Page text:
How Do I Become Emancipated in New Mexico?

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A minor in New Mexico over the age of 16, but under the age of 18, may, for one reason or another, desire the legal rights of adulthood. In New Mexico, three categories allow minors to become legal adults: marriage, active military duty or a declaration of emancipation from a court in accordance with the Emancipation of Minors Act (EMA).

Become familiar with the legal rights granted with emancipation. Note that once emancipated, you, the minor, may: consent to medical care without the consent of either parent; enter into binding contracts; be sued in your name; be sued by your parents (your parents lose all legal rights to control you or your earnings); and establish your own residence and buy or sell real estate.

Determine which category you fall under in emancipation.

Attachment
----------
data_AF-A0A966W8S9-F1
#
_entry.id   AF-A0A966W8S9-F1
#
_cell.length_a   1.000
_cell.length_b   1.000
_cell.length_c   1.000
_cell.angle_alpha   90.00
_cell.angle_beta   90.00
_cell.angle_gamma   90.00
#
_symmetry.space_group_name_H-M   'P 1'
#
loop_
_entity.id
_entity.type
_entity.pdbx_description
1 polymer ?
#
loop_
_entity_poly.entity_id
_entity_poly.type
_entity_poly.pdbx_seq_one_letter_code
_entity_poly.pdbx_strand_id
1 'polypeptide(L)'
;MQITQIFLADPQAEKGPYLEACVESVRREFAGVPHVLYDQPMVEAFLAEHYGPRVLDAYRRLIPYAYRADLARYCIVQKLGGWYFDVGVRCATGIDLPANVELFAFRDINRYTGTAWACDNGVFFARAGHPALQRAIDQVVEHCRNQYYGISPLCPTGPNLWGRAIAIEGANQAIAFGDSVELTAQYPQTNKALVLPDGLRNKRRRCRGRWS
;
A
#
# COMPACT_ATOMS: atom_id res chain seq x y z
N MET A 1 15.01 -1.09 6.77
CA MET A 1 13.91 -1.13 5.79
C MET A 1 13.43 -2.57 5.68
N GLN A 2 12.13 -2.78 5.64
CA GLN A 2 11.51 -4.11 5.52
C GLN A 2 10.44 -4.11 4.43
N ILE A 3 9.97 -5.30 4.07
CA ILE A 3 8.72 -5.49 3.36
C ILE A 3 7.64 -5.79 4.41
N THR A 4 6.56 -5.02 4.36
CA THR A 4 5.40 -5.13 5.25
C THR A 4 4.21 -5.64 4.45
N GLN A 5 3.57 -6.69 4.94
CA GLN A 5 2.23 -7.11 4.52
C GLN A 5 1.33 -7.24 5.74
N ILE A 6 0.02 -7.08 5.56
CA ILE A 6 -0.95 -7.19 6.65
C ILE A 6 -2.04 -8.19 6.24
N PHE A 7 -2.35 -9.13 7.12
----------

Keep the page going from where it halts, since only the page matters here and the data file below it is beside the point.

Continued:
Marriage: In New Mexico, a man and a woman may get married at the age of 18. They can get married at 16 with parental consent or younger with an order from the children’s court. If the marriage results in divorce before the minor turns 18, you still have the rights of emancipation.

Armed service: If you are over the age of 16 and are on active duty in any of the U.S. armed services you may file for emancipation.

Declaration of Emancipation: According to the EMA, you must be willing to live independently of your parents and manage your own finances and the court must find the emancipation in the "child's best interest."

Petition the children's court in your district for emancipation. Legal assistance is generally recommended to complete the emancipation process. A family law attorney can help you navigate the legal ins and outs of emancipation.

Receive the results of the hearing and decide how to proceed. Parent and child have the right to appeal the result of the hearing.


About the Author

Veronica Maier has been an active online writer since 2010. She has been a contributing writer to eHow and Answerbag. Maier holds a Bachelor of Arts in art history and visual culture with an emphasis on the American modern from the University of California, Santa Cruz.

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